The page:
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Old 03-24-14, 12:23 PM   #1
perspiration
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USA Cross Country trip -- Getting from CT to VA route options

Hey all, I'm going to be biking cross country in April (ahh so close) and I'm just looking for some input about route options.

I'll be starting in Bar Harbor, and heading straight towards Providence RI and then Killingly CT. From there, I basically just need to get to VA and don't really know the best way to go from CT. I might pick up the ACA maps to get an idea of it.

I'm also curious about getting into/out of NYC. There's a friend I'd like to visit in Manhattan, and even though I've spent a lot of time in Chicago, the concept of NYC kind of scares the hell out of me. Is getting into/out of NYC even possible by bike, without going through some really bad neighborhoods or getting clipped by traffic?
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Old 03-24-14, 01:54 PM   #2
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Getting to Manhattan is easy.

Head clear across CT. to Brewster, NY and catch the Putnam Rail Trail south to where it becomes the Westchester County North County Trail, south to a 1 mile detour in Elmsford, NY then the South County Trail to Van Cortland Park in the Bronx. That's 40+ miles on rail trail and is a painless way to get into NYC. Then over the Broadway bridge on the Harlem River to any convenient NYC bike lane or trail south to wherever. Maybe over to the GWB and south on trail along the Hudson River.

Getting out, I'd research taking the ferry from lower Manhatten to Sandy Hook, NJ then thru NJ to the Cape May - Cape Henlopen, Delaware ferry, as one option. Or mass transit to New Brunswick, NJ then the Delaware and Raritan Canal trail to Trenton. Then work your way around Philly. to the west.
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Old 03-24-14, 06:14 PM   #3
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If you need help with the Elmsford detour, I can help, I live right near there.But yes, the trail down to the city is easy and well paved for the most part, although from Yorktown to Briarcliff there are some patchy parts. Also, immediately after the detour in Elmsford there is a bit of a sketchy part of the trail and sometimes there is broken glass across it (I have gotten a flat on it twice). From there it should be smooth sailing. Also, if you want another route, you could head down through CT to Kensico Dam in NY and pick up the Bronx Bike trail (paved) there and it will also take you down to the city.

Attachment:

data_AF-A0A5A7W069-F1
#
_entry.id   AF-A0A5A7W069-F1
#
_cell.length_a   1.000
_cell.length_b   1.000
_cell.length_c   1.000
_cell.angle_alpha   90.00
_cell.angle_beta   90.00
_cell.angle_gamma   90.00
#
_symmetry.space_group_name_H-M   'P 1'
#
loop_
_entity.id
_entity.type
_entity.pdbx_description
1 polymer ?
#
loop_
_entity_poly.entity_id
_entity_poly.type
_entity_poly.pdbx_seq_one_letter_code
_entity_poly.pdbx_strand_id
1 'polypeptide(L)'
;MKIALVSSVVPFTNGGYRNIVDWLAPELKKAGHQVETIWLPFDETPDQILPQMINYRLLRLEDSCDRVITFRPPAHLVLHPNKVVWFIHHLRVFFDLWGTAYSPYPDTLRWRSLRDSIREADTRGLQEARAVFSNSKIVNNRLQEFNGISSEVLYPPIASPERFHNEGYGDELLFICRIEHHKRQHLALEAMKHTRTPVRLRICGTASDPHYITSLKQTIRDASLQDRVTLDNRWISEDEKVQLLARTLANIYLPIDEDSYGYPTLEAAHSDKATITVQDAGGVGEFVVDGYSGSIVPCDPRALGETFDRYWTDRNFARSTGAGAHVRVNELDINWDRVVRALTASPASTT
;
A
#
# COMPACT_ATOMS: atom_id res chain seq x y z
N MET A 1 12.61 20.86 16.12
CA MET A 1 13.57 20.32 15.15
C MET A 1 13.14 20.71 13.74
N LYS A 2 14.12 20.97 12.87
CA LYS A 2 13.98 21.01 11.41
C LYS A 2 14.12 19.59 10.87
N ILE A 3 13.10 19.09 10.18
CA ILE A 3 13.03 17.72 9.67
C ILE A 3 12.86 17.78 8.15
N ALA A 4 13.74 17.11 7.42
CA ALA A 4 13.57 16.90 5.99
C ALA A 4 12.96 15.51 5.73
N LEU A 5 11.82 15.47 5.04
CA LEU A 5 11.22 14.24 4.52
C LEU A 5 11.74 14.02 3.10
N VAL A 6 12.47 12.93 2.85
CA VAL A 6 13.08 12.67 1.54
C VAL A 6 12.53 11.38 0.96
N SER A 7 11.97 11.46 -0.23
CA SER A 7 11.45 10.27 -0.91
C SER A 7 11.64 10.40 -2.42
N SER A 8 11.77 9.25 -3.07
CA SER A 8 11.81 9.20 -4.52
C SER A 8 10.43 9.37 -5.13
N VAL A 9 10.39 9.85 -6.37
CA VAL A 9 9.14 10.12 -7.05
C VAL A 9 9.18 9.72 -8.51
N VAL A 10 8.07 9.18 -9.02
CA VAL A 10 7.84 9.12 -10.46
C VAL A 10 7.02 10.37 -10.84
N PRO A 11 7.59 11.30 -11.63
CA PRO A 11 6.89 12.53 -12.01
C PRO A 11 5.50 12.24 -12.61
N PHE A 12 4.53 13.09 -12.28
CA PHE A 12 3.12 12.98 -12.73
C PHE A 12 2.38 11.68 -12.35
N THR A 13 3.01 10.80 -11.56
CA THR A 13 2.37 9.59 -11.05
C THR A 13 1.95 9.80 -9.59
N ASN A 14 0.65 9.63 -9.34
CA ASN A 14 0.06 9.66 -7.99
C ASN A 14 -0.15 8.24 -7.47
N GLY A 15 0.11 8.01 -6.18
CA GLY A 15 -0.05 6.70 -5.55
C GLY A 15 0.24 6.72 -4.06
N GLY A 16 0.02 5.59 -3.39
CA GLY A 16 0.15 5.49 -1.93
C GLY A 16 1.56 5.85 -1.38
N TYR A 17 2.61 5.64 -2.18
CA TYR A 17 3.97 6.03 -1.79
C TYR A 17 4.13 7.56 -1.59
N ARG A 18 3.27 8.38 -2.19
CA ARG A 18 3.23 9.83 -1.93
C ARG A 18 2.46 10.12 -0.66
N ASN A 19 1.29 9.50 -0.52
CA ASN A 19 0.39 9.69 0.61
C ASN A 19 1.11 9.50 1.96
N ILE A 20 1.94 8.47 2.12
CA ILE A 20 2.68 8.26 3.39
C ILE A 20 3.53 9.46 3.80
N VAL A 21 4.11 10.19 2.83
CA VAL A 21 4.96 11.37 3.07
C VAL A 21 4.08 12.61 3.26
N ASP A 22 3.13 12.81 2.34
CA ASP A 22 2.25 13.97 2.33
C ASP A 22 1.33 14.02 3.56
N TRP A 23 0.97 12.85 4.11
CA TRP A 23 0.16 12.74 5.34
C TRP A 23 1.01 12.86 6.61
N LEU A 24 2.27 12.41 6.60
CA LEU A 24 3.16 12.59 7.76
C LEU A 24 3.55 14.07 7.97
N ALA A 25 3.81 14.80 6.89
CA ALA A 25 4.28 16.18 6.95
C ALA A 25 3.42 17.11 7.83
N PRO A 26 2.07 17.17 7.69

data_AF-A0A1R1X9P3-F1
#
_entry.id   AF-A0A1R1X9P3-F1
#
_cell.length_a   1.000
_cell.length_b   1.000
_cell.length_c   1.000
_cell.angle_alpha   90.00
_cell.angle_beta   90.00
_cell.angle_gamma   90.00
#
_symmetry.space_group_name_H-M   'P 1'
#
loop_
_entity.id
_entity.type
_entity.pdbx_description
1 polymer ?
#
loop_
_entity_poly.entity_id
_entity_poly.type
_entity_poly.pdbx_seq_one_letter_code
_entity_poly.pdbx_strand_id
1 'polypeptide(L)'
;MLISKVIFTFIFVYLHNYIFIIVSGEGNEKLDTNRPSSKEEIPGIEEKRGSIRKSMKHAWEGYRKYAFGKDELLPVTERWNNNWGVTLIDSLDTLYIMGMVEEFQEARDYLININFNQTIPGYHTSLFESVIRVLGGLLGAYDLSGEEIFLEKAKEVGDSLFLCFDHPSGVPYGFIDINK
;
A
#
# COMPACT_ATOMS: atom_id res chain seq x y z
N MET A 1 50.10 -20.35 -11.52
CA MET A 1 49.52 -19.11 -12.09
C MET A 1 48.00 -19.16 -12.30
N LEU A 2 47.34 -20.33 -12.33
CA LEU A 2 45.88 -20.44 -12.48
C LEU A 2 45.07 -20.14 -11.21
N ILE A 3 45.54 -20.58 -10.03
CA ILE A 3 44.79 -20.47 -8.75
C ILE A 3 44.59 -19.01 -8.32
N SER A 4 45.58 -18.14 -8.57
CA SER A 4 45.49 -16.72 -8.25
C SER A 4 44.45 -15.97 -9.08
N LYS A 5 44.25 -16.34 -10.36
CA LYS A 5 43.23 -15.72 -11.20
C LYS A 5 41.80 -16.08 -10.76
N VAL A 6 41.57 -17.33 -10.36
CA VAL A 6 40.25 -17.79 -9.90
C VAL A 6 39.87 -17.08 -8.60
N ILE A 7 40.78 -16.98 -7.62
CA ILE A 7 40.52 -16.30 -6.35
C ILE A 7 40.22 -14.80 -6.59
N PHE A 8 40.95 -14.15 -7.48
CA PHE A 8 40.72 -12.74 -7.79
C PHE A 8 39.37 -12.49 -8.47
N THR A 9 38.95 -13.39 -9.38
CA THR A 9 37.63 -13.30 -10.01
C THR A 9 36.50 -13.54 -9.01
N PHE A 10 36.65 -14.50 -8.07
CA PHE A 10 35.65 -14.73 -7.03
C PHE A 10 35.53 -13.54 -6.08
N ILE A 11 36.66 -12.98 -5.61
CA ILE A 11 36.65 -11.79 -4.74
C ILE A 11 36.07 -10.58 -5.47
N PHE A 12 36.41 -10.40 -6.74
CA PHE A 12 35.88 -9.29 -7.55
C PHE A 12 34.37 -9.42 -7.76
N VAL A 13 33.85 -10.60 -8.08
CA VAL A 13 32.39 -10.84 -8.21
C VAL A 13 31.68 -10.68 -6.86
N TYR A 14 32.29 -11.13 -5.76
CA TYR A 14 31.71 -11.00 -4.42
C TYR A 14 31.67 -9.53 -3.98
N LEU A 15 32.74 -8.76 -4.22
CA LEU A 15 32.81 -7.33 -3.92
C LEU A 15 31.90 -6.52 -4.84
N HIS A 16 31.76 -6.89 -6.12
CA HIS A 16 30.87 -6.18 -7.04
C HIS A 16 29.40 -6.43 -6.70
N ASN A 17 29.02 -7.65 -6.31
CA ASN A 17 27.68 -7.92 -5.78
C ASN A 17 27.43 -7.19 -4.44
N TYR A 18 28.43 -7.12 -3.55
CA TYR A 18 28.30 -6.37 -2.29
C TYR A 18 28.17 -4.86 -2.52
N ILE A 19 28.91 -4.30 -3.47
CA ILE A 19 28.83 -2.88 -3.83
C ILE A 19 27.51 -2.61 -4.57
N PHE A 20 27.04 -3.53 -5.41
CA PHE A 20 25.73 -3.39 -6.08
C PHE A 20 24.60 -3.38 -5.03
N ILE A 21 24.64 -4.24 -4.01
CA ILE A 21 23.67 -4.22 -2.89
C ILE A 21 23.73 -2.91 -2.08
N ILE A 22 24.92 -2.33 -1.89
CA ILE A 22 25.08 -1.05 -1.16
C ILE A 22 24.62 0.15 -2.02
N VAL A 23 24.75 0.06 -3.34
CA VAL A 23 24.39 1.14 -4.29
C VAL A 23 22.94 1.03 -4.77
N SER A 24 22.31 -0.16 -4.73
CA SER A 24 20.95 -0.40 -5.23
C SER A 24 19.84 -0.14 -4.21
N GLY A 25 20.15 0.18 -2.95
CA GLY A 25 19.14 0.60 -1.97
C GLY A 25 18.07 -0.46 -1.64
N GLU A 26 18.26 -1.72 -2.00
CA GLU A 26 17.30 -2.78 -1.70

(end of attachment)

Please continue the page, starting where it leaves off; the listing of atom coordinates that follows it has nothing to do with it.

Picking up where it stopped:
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Old 03-25-14, 12:49 PM   #4
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If you are planning to hook up with ACA's TransAm route in VA, I would spring for the ACA Atlantic Coast maps. I think you would only need two of them. The Atlantic Coast route has a spur from Summit, NJ. The idea is that you take the train between Manhattan and Summit as you cannot actually ride west out of Manhattan directly into NJ. The spur then takes you to Lambertville, NJ where you pick up the Atlantic Coast route proper. If you want to take the train farther out from NYC, I have a nice route from Lyons, NJ to Lambertville. Lyons has a high platform so you would not have to carry you bike down train steps.

If you opt to foregoe Manhattant, I highly recommend the ACA route through the Delware Water Gap National Recreation Area to Lambertville, NJ. I have done that entire stretch three times (planning to do it again Easter weekend) and the section south of Belvedere several times more as pat of day rides. The route goes right by the campground in Worthington State Forest, which is a nice place to camp along the river. One of the group sites has a bear locker. There are definitely bears in the area as evidenced by the bear-proof trash cans you see at some of the historical sites along the way. The only drawback is that there are no food sources on the way there aside from the Walpack Inn, which is expensive and may not be open for lunch at that time of year. You can pick up supplies in Matamoras, across the river from Port Jervis. Alternatively, you can drop you gear at Worthington and continue on route to Delaware Water Gap, PA, where there is a diner, a pizza/hoagie place and a small c-sotre attached to a gas station, then ride back to camp. IIRC, it's about 3 miles each way. Port Jervis to Worthington is about 35 miles. In April, traffic should be very light to non-existent in places. Belvedere to Phillipsburgh should be the same. The nice thing about that stretch is that there are hight and width clearence restrictions due to old railroad bridges, so you don't get trucks back there, and there are some pretty views of the river as you ride through quiet communities.

Phillipsburgh sucks, but it's not that big. Once you get out of town the route becomes traffic light to traffic free again again until Milford.

Further south, there is a campground (Dog Wood Haven) in Upper Black Eddy. It's just off route, on the PA side of the river across from from Milford, NJ. Milford has everything you need, including restaurants and a grocery store. The campground owner is a nice guy named Mark who has always given me a decent cyclist rate. From Frenchtown south, you can take the D&R feeder canal trail to Lambertville. The route south from Lambertville to the trail in Conshhocken, PA is one that I contributed to ACA. Despite all the suburban sprawl, it's not that had assuming you don't ride it during a weekday rush hour. I would try to time it so you ride the stretch on a Saturday or Sunday.